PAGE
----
Special Report: Sun vs. Skin

TYLER (KYTX) - When you're heading out the door to the pool or beach you grab your sunblock.

Especially to protect your kids.

But did you know it only takes one severe sunburn to double your child's chances of melanoma?

It's more than applying and reapplying while you're on vacation.

Kids spend double the amount of time in the sun during summer than the rest of the year.

But we found out the magic words every parent should look for are on the back of a sunscreen bottle to make sure their child is safe.

Before Leslie Huval's kids can hit the playground in Tyler, she coats them in sunscreen.

Even if it takes a little extra effort with the youngest, Adam.

"I listened to my pediatrician because when I was a new mom I didn't apply sunscreen to myself before I had kids," says Huval.

From swinging to climbing and running, Huval makes sure Ruthie and Adam are safe from the sun.

"I don't want to burn them, the hurt, the pain and you know, with the long term damage too that's possible," says Huval.

Long term damage that builds up from sun exposure over time, especially because summer means more than just hitting the pool.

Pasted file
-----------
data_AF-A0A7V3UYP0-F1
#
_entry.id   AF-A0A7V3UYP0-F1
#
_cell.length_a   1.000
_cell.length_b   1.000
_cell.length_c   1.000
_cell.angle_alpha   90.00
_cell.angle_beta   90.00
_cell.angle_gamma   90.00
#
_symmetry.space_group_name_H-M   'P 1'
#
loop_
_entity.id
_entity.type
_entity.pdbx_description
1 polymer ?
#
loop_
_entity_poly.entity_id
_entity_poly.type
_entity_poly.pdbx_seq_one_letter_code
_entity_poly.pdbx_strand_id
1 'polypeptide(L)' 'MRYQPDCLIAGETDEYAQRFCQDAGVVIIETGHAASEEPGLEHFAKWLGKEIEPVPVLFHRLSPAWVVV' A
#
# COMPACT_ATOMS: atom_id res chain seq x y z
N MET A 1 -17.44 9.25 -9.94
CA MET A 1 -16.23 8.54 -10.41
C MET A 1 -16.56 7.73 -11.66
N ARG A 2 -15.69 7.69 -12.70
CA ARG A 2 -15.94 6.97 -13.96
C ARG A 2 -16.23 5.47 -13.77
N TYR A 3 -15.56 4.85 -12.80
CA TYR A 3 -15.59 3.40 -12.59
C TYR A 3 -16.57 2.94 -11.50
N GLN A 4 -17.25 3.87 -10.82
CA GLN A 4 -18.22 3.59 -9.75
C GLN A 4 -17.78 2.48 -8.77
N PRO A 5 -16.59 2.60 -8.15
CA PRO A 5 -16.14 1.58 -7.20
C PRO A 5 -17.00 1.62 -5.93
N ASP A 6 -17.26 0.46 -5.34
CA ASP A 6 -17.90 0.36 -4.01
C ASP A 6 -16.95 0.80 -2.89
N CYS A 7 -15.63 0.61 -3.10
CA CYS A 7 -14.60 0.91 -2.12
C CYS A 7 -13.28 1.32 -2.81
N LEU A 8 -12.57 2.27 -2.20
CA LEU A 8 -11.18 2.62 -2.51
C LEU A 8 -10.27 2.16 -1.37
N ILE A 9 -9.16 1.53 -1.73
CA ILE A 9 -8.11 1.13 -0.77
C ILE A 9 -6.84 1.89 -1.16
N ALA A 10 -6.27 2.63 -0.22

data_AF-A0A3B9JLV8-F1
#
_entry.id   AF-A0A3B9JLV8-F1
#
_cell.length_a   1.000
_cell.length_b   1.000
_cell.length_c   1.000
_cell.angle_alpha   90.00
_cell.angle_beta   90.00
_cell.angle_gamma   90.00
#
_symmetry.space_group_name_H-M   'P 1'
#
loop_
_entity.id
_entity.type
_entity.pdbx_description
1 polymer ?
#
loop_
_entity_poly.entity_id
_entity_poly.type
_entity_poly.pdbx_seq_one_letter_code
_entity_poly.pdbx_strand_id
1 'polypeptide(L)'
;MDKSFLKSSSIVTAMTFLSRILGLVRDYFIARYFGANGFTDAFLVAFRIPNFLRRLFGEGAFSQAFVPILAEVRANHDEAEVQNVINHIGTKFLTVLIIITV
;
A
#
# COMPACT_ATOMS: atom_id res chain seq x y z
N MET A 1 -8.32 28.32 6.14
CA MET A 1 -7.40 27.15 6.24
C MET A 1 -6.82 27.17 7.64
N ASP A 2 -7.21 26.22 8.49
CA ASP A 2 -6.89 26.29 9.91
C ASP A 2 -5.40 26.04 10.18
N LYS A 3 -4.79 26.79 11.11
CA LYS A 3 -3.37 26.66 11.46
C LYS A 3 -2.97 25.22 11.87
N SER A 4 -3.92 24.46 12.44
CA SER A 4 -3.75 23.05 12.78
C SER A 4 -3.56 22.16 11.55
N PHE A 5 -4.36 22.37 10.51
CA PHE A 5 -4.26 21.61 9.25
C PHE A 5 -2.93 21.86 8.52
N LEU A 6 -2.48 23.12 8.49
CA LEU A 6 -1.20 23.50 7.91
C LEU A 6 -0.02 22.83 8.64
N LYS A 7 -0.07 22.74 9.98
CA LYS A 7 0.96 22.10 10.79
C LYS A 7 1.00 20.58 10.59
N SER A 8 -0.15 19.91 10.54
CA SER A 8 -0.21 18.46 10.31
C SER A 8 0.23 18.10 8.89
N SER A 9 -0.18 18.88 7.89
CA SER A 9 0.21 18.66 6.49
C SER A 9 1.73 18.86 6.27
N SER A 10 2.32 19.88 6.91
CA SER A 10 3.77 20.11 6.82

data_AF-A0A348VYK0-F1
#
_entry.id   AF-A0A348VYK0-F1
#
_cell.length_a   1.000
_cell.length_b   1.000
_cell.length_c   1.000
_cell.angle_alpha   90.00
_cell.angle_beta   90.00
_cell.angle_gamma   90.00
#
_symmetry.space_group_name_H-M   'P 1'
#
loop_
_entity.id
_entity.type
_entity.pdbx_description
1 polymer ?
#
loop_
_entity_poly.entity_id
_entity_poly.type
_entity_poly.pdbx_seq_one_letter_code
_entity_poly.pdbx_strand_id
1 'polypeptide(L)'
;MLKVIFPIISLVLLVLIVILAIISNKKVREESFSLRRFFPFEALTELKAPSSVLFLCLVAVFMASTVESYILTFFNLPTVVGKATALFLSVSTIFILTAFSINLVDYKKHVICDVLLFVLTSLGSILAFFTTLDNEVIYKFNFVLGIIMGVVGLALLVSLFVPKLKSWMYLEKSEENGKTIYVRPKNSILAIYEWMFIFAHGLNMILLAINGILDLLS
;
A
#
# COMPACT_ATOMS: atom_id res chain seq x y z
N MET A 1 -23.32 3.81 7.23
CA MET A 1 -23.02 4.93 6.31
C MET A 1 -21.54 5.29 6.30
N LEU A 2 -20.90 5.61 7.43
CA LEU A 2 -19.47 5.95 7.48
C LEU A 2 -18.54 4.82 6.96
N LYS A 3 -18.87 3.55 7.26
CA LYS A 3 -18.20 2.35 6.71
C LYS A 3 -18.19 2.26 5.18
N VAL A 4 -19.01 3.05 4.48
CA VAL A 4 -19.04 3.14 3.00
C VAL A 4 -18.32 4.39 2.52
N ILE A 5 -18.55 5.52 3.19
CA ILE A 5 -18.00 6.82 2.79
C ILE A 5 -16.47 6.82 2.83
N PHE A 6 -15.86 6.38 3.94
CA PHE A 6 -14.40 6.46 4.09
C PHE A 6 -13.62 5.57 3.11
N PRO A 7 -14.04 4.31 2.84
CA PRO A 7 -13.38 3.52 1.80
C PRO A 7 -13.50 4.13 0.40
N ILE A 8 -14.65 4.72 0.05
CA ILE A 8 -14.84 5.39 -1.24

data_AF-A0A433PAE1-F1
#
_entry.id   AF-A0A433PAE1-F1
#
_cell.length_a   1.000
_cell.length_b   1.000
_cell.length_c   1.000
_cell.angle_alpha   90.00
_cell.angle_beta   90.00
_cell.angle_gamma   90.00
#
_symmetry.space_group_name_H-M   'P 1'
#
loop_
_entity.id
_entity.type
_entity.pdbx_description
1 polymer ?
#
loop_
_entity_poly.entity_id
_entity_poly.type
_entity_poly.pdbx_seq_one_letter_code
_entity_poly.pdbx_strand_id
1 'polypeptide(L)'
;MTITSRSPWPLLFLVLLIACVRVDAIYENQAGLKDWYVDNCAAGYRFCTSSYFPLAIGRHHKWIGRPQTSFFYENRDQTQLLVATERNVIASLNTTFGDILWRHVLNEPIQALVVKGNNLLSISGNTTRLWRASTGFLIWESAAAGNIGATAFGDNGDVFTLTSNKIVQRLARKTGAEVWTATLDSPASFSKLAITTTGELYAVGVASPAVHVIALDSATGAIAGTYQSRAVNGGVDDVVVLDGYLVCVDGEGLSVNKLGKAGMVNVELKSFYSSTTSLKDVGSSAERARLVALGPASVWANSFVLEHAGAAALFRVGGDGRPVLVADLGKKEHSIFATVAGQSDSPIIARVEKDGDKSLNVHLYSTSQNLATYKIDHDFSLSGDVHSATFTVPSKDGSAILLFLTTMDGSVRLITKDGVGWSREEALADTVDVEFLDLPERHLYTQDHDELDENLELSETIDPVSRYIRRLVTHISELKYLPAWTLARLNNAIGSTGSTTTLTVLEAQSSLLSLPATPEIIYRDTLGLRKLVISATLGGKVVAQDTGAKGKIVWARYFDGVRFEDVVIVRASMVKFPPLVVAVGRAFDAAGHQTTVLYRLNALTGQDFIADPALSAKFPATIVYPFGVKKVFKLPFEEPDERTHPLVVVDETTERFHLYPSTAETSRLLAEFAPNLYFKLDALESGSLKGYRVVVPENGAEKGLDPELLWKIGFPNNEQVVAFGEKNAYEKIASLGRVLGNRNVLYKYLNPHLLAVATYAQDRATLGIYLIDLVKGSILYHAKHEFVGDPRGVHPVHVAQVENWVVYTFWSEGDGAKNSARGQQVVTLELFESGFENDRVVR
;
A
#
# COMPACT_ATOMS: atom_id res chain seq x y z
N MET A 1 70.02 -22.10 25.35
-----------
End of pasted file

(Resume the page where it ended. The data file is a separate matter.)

"We want them outside, we don't want them in front of the TV," says Dr. Jenni Holman with Dermatology Associates of Tyler.

Dr. Holman says it's important to treat your kids skin now.

"Your long term risk of skin cancer, deadly forms like melanoma, are influenced by how much sun you get over a lifetime. so sun protection should start very early on," says Dr. Holman.

According to the Skin Cancer Foundation, about 120,000 new cases of melanoma are diagnosed in the U.S. Every year.

It's not the most common skin cancer, but it is the most deadly.

You have options for protecting your kids.

From the basics, like a hat, to swimsuits and clothing that have U-V protection.

And when you hit the isle to find sunscreen, dermatologists say you should be looking for certain ingredients.

So pick up the bottle, and check the back.

"For my kids personally, I like sunscreens that contain titanium dioxide and zinc oxide, which are physical blockers from the sun," says Dr. Holman.

She says you can find those ingredients in most baby sun products.

"Keep it in the diaper bag, diaper bag goes everywhere with me, so the sunscreens with me all the time," says Huval.

And parents like Huval know it's about keeping your kids safe while they're out having fun in the East Texas sun.

One thing to keep in mind, any infant under 6 months should not be exposed directly to sunlight according to the Skin Cancer Foundation.

The FDA just released new guidelines for sunscreens and sunblock that all makers will have to follow within the next year.

That includes protecting you from both UV-A and UV-B rays.


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